In return, we are able to export high quality products and know-how. Especially, Austria and Germany are very strong in it. Our domestic industry sells the hour with value adds of around 110 euros (excluding material), and with it we win. There are many efficient and well-flourishing companies that are heavily dependent on the export of such high-quality products.
China supplies us with simple products with a value added of around € 1.80 per hour work. So, if we work one hour for China, a Chinese will work about 60 hours for us.
We can share our lessons in the finest conditions, air-conditioned and occupationally medicated, and the Chinese works for one and a half week in the quarry. It's hot, exhausting and dangerous. We live well from our exports, but these are possible in the long term only with appropriate imports.
According to a modern fairy-tale,
the transport of granite by sea costs nothing.
He would’ve anyway needed it as a ballast in the ship's belly and travel therefore for free. That could’ve been in the beginnings of maritime trade, however, today's logistics draws a different picture.
When the relatively exclusive container ships are on the way in the oceans, the standardized container units are around 6 meters long and about 2.3 meters in width and in height. In it, 28 Tons of freight can be loaded. The crossing takes about 30 days, the largest ships hold up to 15,000 such container units and can be completely emptied and refilled in the most efficient ports in Europe and in Asia in just about two days.
Container transport costs between 1,500 and 3,000 euros from the seaport of Asia to the central region of Central Europe, fluctuating highly with the current sea freight rates. Hence 5.5 to 11 cents per kilogram, which is also the basis of calculation of freight for each individual product.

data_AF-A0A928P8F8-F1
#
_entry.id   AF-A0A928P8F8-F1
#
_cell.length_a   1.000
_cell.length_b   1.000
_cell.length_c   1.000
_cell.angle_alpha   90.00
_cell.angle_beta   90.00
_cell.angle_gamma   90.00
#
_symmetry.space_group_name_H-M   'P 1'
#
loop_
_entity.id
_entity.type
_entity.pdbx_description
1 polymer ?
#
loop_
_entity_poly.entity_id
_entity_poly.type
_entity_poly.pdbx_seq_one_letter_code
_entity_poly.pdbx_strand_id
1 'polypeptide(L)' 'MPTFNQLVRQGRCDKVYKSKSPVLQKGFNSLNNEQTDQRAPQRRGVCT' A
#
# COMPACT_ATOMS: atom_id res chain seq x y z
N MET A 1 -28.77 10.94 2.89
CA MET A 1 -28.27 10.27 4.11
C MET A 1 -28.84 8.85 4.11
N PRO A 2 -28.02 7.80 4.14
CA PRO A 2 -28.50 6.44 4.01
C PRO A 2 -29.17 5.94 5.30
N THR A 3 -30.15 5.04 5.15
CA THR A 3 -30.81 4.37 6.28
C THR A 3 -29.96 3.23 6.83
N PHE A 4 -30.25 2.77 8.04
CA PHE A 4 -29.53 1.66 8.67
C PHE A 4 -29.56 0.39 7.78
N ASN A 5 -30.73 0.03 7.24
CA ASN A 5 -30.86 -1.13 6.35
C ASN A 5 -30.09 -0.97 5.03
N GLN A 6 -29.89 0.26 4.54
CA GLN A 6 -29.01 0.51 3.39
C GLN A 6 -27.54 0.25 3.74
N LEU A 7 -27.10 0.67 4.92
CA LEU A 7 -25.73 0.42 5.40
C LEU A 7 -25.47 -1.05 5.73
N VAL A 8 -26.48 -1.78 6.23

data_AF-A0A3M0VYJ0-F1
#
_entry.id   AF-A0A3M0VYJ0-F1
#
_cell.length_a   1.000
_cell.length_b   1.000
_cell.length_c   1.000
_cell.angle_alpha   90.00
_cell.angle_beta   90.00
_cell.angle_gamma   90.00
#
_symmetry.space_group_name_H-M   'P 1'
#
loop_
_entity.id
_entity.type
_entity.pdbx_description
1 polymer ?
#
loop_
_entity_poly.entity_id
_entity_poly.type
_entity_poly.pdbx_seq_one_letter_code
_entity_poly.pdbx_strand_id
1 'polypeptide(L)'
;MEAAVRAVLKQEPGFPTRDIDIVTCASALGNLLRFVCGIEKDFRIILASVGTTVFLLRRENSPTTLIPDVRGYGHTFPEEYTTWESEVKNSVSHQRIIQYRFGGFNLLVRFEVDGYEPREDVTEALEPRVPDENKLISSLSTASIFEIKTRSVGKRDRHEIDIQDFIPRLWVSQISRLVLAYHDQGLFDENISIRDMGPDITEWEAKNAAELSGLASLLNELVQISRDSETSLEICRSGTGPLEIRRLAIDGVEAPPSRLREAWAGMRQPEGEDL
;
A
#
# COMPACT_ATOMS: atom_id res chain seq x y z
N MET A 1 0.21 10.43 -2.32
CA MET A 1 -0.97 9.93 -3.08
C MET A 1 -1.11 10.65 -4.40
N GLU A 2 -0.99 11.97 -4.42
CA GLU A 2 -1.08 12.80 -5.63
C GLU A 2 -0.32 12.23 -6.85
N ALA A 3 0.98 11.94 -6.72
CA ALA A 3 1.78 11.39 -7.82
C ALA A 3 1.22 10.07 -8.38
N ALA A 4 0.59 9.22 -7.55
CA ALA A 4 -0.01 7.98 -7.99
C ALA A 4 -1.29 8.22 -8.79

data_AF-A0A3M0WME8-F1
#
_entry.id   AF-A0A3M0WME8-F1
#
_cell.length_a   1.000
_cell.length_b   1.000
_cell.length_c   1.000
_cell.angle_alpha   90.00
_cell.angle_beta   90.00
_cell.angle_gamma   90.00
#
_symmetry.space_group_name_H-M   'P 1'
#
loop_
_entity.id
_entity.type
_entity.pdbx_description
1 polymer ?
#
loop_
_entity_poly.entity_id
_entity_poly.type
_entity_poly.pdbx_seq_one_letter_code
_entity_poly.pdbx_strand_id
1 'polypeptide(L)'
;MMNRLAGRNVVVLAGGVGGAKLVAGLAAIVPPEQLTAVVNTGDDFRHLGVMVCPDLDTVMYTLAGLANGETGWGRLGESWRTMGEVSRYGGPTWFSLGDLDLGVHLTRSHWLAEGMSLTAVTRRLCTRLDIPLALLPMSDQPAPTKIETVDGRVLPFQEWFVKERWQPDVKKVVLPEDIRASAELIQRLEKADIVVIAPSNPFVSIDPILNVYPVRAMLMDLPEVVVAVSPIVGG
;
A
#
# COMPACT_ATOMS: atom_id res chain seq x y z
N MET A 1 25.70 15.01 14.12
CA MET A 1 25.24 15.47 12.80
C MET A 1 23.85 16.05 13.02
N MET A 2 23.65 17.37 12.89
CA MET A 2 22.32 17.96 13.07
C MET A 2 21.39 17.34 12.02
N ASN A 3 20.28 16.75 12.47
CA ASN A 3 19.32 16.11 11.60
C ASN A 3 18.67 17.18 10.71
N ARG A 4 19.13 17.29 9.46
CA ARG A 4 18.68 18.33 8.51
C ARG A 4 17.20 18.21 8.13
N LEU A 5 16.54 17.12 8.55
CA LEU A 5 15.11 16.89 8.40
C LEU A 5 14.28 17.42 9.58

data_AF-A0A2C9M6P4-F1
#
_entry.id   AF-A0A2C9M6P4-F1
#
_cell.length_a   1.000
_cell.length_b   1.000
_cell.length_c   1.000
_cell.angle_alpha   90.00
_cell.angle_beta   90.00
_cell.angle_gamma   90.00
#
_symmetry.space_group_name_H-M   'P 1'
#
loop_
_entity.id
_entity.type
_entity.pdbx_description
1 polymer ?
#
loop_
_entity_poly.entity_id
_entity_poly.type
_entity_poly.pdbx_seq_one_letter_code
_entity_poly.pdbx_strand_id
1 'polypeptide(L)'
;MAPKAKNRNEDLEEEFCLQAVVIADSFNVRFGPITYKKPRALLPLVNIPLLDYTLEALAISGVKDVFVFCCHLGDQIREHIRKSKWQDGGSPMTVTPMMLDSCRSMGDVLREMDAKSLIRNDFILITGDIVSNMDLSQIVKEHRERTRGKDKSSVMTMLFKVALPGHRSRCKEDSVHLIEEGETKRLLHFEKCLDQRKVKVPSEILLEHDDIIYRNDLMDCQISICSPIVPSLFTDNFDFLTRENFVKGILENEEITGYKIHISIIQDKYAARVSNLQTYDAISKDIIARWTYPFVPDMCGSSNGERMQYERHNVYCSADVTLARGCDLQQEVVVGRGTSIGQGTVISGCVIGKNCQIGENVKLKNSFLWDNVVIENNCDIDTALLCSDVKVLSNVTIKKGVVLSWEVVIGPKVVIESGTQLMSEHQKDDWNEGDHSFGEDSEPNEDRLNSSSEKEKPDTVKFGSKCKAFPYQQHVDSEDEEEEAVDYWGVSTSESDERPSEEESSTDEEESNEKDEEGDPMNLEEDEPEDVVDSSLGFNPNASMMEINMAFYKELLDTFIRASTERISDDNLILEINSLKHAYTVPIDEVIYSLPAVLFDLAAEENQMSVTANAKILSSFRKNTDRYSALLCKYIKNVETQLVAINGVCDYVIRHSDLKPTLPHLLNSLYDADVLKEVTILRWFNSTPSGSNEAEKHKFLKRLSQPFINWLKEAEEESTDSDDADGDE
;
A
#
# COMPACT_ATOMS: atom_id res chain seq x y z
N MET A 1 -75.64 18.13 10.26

Again, and again it is claimed that stones are processed during the crossing at the ship. This is not possible in any situation, in view of the densely packed containers. And what economic sense it would make to keep the necessary and expensive cargo space free? To carry raw materials and machines, not to mention the people and the necessary infrastructure?
Child labour in Indian quarries is a sad reality. Stein & Co is aware of its ethical responsibilities, which is why we are the first Austrian company to join XertifiX in 2008.
With this license and agreement, we ensure to our customers that we do not import stones from unacceptable production and working conditions.
By asking the dealer for natural stones without child labour and then buying it, you are already taking a significant step. So far, XertifiX exists worldwide only as an independent licensing agency for natural stones from India without child labour and slavery, which at the same time carries out rehabilitation measures for former child laborers.
Caution! There are already fake UNESCO and UNICEF certificates claiming that the organization can confirm that the stones delivered are guaranteed to be made without child labour. Upon request, UNICEF and UNESCO Germany assured that their organizations have never issued such certificates and will not do so in the future.
At Stein & Co we are aware of our ethical responsibilites, that's why we are the first Austrian company to get certified.
We are collaborating with XertifiX since 2008.
„Stein & Co does not import goods
from unacceptable production conditions.
Mag. Bernhard Schutti